The happenings "inside" the Wisconsin State Treasury and across the street at the State Capitol

Archive for January, 2015

Wisconsin Saves Fun Tip: Review Your Credit Report


OST Design large sealThe Wisconsin Office of the State Treasurer proudly teams upWWBIC Logo 2014 with WWBIC (Wisconsin’s Womens Business Initiative Corporation) for “Wisconsin Saves Fun Tip.”

Starting a New Year is a GREAT time to start putting your fiscal house in order.  The month of January, we will focus on tips to do just that.

This week,  Reviewing your credit report may not seem like a savings tip, until you consider how much extra you could be spending on a high-interest loan due to errors on your credit report!  If you’ve never reviewed your own report, I would suggest starting by obtaining a copy of all three major reports from AnnualCreditReport.com.  Once you’ve taken care of any initial issues or errors, begin pulling one credit report every four months.  This way, you’ll never go longer than four months without reviewing one of your credit reports.  In the event someone attempts to steal your identity, your credit won’t be a train wreck before you can identify the issue and control the damage.  Bonus tip:  Save the money you pay toward monthly credit monitoring and do it yourself!

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Treasurer’s Top 5: Racine County


Racine County

This week, we travel to Racine County.  Here’s a look at the Top 5 people and businesses there with unclaimed assets. Do you see anyone on this list you know?  If so, have check out  www.wismissingmoney.com and search their name to make a claim.  They can also call 855-375-CASH (2274)

Racine County

Murad Gengozian

Gail M Lloyd

Lance Clausen

Nancy Madsen

Ganton Technologies Incorporated


Treasurer Adamczyk Sworn Into Office


Today at 11am, Matt Adamczyk was sworn into office as Wisconsin’s 35th State Treasurer.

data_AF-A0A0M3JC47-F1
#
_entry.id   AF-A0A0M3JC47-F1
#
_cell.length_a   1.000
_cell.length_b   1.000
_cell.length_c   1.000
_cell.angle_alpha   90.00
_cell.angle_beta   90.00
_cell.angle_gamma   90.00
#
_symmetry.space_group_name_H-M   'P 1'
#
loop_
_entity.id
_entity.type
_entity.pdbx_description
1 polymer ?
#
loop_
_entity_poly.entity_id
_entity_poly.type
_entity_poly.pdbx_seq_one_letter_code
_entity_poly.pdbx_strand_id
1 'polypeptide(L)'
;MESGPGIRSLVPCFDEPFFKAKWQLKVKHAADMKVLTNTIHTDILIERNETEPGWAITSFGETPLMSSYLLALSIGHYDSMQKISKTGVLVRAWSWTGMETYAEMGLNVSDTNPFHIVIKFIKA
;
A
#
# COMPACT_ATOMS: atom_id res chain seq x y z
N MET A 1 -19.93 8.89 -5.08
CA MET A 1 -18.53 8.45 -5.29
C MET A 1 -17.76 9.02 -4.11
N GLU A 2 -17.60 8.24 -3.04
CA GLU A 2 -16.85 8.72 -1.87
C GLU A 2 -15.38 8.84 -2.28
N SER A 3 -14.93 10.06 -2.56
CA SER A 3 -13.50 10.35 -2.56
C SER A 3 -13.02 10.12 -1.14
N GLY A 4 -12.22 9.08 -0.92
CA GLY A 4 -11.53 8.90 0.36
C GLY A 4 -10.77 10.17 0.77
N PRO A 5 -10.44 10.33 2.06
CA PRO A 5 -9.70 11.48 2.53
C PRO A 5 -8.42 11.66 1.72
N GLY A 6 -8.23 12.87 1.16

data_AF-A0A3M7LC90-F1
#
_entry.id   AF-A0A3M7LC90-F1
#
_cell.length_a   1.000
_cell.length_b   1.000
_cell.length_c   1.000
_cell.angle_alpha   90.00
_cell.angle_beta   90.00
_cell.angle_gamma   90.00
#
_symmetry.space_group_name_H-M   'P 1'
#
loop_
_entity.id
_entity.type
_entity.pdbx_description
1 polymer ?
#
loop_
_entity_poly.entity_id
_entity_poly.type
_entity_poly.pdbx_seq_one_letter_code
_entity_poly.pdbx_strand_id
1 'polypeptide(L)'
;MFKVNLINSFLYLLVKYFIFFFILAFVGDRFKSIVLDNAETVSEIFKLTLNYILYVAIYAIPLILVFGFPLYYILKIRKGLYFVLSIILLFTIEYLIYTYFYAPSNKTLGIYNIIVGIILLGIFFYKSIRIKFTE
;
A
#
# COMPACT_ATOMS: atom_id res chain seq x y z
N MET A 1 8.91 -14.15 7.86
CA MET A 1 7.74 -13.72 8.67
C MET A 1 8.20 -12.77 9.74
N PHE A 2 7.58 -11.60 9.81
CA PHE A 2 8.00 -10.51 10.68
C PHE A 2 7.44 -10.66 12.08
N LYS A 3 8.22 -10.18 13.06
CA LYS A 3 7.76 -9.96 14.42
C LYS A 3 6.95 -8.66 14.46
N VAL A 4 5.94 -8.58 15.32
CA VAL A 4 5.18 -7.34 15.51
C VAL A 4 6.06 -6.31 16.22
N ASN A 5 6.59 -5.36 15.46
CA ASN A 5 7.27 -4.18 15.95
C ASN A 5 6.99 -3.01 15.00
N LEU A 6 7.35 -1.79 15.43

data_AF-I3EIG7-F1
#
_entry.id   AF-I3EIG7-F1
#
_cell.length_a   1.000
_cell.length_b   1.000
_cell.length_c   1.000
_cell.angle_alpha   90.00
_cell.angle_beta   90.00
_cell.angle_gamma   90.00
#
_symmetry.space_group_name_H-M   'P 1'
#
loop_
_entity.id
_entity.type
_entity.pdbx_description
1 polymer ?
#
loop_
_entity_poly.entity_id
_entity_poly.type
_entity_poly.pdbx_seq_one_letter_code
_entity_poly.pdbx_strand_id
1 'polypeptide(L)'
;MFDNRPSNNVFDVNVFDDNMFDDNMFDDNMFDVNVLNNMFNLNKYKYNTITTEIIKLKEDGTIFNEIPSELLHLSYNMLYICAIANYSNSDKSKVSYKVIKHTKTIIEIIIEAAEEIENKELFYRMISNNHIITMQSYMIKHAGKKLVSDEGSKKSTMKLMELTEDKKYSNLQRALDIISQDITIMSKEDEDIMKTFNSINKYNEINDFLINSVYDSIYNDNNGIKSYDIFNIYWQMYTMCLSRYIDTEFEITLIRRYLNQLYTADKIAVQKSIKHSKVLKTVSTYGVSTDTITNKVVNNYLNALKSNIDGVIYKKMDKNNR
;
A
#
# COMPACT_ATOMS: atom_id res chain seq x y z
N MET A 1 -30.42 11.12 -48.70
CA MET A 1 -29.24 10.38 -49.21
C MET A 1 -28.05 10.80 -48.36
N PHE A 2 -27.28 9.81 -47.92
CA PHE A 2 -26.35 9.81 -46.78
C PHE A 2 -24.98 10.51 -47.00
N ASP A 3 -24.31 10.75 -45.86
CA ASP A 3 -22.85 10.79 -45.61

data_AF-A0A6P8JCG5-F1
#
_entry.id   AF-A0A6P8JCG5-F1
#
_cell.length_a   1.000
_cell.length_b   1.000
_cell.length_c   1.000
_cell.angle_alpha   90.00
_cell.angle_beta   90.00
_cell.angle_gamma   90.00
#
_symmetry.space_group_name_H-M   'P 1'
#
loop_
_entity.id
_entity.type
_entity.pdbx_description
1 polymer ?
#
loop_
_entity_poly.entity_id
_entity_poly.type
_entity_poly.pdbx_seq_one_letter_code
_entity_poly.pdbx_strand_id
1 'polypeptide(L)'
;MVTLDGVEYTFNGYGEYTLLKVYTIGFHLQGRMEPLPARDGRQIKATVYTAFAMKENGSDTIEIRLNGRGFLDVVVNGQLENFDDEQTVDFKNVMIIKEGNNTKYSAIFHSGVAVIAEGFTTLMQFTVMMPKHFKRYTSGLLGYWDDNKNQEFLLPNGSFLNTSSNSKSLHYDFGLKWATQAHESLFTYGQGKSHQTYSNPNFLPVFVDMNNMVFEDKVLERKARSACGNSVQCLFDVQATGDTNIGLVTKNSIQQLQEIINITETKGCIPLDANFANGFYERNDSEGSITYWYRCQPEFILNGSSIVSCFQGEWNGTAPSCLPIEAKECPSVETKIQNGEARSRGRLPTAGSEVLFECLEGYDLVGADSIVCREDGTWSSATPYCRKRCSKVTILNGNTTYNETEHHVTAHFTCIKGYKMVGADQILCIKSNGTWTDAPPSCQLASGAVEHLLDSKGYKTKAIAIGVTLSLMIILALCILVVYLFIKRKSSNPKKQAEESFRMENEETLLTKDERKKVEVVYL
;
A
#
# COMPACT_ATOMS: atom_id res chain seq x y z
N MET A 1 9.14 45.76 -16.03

Matt headshot


Money Matters: Saving For College


Saving For College

saving for college

A college education is the ticket to the middle class in the United States. But it’s an expensive ticket, and the cost rises every year.

The overall annual cost for a college education ranges from about $7,000 for community college to $35,000 for a private school, according to US News & World Report.

Our friends at www.practicalmoneyskills.com help map out a college savings plan that works for you.

Start Early
Those are some scary numbers. But if you have the benefit of time, they’re not as bad as they seem. Here are some steps you can start taking today:

  • Go over your monthly finances and find a little extra money you can put away. Even $50 or $100 can make a big difference.  Opening an Edvest (Wisconsin’s College Savings plan) is a great start!  www.edvest.com.
  • Make a commitment to devote at least that amount each month, and to add to it as your income increases.
  • Shop around for the best interest return you can get for your money.

High Return
Because the cost of college is rising faster than inflation, it’s smart to invest your savings to get a higher interest rate than a typical bank can offer. Consider putting your money into:

  • Stocks
  • Mutual funds
  • Bonds

Help Paying for College
One important thing to keep in mind is that you won’t necessarily have to come up with the entire cost of college. All higher education institutions offer financial aid in the form of grants and loans. These are most often funded by the federal government. But there are also often aid offerings from the state and from the school itself. Be sure to look into all the options available.